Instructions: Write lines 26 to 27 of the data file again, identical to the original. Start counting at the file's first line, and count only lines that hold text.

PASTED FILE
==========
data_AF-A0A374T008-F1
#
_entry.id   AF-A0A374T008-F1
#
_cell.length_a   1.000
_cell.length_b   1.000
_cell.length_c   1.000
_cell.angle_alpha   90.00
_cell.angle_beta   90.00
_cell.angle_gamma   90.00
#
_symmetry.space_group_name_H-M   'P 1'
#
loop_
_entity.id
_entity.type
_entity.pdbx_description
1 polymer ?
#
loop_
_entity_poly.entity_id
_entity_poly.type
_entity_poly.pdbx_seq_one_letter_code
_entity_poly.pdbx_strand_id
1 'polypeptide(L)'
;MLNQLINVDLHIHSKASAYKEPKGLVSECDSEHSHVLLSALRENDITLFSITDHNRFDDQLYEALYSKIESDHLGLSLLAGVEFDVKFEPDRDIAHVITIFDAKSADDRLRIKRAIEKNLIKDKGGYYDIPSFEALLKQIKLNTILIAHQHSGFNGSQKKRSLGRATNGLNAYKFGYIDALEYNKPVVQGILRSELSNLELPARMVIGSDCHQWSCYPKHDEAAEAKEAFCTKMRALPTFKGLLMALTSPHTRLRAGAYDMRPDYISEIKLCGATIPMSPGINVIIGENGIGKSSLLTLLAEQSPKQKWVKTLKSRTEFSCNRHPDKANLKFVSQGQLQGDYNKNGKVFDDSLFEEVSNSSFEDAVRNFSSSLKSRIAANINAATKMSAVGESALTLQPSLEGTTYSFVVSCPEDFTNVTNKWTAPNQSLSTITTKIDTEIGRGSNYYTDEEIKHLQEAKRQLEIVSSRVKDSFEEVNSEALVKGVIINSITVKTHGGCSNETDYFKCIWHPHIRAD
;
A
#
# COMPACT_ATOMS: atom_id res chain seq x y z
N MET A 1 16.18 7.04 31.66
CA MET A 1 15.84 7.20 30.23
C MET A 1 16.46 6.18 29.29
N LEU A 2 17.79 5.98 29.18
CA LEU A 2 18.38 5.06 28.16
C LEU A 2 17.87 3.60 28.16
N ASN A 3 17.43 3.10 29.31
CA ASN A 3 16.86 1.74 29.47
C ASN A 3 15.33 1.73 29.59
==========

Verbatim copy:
;MLNQLINVDLHIHSKASAYKEPKGLVSECDSEHSHVLLSALRENDITLFSITDHNRFDDQLYEALYSKIESDHLGLSLLAGVEFDVKFEPDRDIAHVITIFDAKSADDRLRIKRAIEKNLIKDKGGYYDIPSFEALLKQIKLNTILIAHQHSGFNGSQKKRSLGRATNGLNAYKFGYIDALEYNKPVVQGILRSELSNLELPARMVIGSDCHQWSCYPKHDEAAEAKEAFCTKMRALPTFKGLLMALTSPHTRLRAGAYDMRPDYISEIKLCGATIPMSPGINVIIGENGIGKSSLLTLLAEQSPKQKWVKTLKSRTEFSCNRHPDKANLKFVSQGQLQGDYNKNGKVFDDSLFEEVSNSSFEDAVRNFSSSLKSRIAANINAATKMSAVGESALTLQPSLEGTTYSFVVSCPEDFTNVTNKWTAPNQSLSTITTKIDTEIGRGSNYYTDEEIKHLQEAKRQLEIVSSRVKDSFEEVNSEALVKGVIINSITVKTHGGCSNETDYFKCIWHPHIRAD
;